Many student loans are based on income driven repayments – that is you don’t have a set payment based on the size of you loan, but a payment amount that varies with your income. This is designed to make sure your repayments are comfortable for you and your lifestyle, but it means that calculating your required repayments can be confusing!
What is ‘Discretionary income’?
The first confusion is that repayments aren’t based on your actual income, but your discretionary income. Theoretically, this is the income you have left over after you pay for the bare necessities, but what does that actually mean? Studentaid.ed.gov defines discretionary income as:
“For Income-Based Repayment, Pay As You Earn, and loan rehabilitation, discretionary income is the difference between your income and 150 percent of the poverty guideline for your family size and state of residence. For Income-Contingent Repayment, discretionary income is the difference between your income and 100 percent of the poverty guideline for your family size and state of residence.”
Poverty guidelines are defined by the U.S. Department of Health & Human Services and vary based on your location and family size.
There are four different income-driven repayment plans, and they all come with slightly different payments terms.
REPAYE (Revised Pay As You Earn) Plan
A REPAYE loan repayment will generally be worth 10% of your discretionary income. For an undergraduate loan this will generally take 20 years to pay off, though for a graduate loan or professional studies it can take 25 years.
PAYE (Pay As You Earn) Plan
A PAYE loan will be 10% of your discretionary income, but under this plan your will never pay more than the 10-year Standard Repayment plan. This loan will also take 20 years to pay when making minimum repayments.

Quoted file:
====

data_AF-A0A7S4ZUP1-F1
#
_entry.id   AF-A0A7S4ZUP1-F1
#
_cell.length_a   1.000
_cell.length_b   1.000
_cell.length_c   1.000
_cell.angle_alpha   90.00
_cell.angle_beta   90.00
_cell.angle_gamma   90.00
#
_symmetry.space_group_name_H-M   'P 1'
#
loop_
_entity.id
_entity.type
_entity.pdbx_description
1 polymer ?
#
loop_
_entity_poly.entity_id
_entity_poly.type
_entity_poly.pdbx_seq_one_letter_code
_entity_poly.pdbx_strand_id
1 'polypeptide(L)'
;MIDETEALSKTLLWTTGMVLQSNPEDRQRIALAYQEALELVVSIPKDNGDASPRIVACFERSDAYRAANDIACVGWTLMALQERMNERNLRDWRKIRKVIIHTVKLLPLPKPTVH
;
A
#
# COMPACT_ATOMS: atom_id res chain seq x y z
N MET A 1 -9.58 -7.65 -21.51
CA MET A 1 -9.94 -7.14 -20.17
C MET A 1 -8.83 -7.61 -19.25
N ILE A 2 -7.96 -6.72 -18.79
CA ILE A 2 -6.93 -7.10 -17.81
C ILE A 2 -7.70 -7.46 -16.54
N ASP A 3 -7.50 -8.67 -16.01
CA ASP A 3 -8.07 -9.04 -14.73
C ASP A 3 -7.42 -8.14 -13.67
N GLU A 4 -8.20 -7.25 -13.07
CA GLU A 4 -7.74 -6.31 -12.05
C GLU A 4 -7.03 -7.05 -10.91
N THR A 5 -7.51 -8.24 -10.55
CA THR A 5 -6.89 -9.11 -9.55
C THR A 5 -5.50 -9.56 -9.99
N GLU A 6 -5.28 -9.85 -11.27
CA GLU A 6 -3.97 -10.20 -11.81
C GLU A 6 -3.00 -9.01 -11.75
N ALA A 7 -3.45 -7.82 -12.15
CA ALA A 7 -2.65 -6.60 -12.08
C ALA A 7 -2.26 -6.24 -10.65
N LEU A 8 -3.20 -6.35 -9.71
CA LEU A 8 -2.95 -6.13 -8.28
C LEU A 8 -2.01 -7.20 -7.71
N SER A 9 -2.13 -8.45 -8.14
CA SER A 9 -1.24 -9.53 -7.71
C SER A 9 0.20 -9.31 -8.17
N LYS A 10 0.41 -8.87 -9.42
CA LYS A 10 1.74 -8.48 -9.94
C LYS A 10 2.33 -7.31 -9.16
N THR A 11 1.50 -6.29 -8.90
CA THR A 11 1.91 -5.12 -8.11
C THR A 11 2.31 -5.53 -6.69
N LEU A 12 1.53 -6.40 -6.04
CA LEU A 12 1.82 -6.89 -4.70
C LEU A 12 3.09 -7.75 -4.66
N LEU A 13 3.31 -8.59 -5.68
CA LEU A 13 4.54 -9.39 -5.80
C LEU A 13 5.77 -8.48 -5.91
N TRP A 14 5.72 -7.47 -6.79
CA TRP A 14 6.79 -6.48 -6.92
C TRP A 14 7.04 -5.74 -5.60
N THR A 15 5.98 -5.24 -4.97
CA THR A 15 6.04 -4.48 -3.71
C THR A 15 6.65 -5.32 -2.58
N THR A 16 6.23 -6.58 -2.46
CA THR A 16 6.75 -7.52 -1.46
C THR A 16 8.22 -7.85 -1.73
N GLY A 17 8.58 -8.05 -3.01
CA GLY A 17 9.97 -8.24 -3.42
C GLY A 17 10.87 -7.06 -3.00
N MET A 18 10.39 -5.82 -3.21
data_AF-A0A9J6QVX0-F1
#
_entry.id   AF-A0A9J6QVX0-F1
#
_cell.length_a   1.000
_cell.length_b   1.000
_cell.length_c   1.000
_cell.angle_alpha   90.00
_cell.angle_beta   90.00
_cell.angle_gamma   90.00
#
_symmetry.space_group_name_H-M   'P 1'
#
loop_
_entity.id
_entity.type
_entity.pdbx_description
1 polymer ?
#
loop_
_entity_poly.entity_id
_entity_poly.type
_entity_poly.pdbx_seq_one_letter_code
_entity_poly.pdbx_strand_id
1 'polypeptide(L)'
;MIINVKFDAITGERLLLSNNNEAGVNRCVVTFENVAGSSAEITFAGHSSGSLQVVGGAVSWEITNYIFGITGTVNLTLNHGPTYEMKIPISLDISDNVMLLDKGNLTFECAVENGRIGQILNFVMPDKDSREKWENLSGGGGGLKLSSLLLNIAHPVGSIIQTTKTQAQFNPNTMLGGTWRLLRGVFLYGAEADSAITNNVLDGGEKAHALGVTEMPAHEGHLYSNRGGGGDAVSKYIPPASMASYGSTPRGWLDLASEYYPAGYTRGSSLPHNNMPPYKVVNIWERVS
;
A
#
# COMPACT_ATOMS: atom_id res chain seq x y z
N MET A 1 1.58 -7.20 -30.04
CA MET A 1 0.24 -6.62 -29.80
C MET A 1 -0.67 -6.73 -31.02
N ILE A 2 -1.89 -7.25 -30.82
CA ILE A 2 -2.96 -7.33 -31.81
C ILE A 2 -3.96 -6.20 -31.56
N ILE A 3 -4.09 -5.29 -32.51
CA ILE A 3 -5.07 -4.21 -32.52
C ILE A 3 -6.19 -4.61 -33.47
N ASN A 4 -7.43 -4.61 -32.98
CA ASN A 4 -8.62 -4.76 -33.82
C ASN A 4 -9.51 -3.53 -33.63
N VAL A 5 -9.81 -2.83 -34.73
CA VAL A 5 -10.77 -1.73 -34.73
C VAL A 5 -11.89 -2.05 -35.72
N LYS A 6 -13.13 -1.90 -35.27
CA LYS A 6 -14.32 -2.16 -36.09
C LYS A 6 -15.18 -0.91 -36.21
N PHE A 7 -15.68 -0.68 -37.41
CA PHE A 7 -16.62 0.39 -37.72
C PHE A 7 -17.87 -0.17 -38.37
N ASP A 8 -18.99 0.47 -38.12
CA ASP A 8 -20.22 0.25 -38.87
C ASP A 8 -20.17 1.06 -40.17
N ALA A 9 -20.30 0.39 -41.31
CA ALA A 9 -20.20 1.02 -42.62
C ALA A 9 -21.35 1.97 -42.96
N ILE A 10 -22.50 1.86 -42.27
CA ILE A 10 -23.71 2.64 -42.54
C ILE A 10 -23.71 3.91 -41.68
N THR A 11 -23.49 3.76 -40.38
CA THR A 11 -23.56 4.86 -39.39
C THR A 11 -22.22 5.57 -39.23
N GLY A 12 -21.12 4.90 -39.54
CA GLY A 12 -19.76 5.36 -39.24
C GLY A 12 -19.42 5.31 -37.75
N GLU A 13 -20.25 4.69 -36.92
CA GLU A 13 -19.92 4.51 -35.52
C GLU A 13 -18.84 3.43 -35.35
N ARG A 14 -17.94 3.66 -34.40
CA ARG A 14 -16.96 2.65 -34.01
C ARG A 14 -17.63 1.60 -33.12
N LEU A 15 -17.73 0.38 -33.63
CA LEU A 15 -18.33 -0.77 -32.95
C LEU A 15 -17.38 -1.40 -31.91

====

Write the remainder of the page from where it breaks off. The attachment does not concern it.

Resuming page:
IBR (Income Based Repayment) Plan
Income based repayment plans have change in the last few years. If you were a new borrower on or after July 1 2014 then your repayments are 10% of your discretionary income, and will take 20 years to repay. If you had borrowed before July 1 2014, then your repayments were 15% of your income (never more than the standard 10-year repayment rates) but would take 5years longer to pay the full amount.
ICR (Income Contingent Repayment) Plan
Income contingent repayment plans have 2 options, either 20% of your discretionary income, or the same payment as a fixed 12-year loan, adjusted for your income. You will pay on whichever rate is less and it generally takes 25 years to pay your loan.
So which is best?
Great question! Tthe answer is – how long is a piece of string? Different loan types have differing requirements, and in some cases, you can only apply if you can clearly demonstrate that regular repayment plans are outside of your affordability.
Rather than jump through a million hoops and read all the eligibility criteria statements, you can crunch the numbers a student loans calculator. Enter either your loan requirements or take an estimate based on your study length and whether you are going to private or public schooling. Once you add in your income, family size and state of residence, the calculator will return your monthly repayments, total payment over the life of the loan and let you know what type of loan you are eligible for. You should note that if you have refinanced your student loans, you are not eligible for income-driven repayment plans.